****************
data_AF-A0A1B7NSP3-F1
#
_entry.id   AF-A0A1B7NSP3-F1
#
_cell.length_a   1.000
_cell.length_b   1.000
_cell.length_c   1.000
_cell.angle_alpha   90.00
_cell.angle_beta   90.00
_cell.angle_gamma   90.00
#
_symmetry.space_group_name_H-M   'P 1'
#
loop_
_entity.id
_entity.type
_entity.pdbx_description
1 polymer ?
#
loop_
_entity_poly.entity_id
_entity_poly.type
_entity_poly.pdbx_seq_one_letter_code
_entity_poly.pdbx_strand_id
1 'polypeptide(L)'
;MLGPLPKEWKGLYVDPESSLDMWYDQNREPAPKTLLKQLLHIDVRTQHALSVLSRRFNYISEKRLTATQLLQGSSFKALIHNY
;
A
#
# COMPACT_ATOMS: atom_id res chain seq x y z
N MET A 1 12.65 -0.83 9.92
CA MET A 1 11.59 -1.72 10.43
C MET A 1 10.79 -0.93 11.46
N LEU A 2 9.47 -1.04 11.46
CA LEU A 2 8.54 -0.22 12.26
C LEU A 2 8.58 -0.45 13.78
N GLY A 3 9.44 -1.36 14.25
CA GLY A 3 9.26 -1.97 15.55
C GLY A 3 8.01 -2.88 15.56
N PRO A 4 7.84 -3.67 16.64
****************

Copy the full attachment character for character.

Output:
data_AF-A0A1B7NSP3-F1
#
_entry.id   AF-A0A1B7NSP3-F1
#
_cell.length_a   1.000
_cell.length_b   1.000
_cell.length_c   1.000
_cell.angle_alpha   90.00
_cell.angle_beta   90.00
_cell.angle_gamma   90.00
#
_symmetry.space_group_name_H-M   'P 1'
#
loop_
_entity.id
_entity.type
_entity.pdbx_description
1 polymer ?
#
loop_
_entity_poly.entity_id
_entity_poly.type
_entity_poly.pdbx_seq_one_letter_code
_entity_poly.pdbx_strand_id
1 'polypeptide(L)'
;MLGPLPKEWKGLYVDPESSLDMWYDQNREPAPKTLLKQLLHIDVRTQHALSVLSRRFNYISEKRLTATQLLQGSSFKALIHNY
;
A
#
# COMPACT_ATOMS: atom_id res chain seq x y z
N MET A 1 12.65 -0.83 9.92
CA MET A 1 11.59 -1.72 10.43
C MET A 1 10.79 -0.93 11.46
N LEU A 2 9.47 -1.04 11.46
CA LEU A 2 8.54 -0.22 12.26
C LEU A 2 8.58 -0.45 13.78
N GLY A 3 9.44 -1.36 14.25
CA GLY A 3 9.26 -1.97 15.55
C GLY A 3 8.01 -2.88 15.56
N PRO A 4 7.84 -3.67 16.64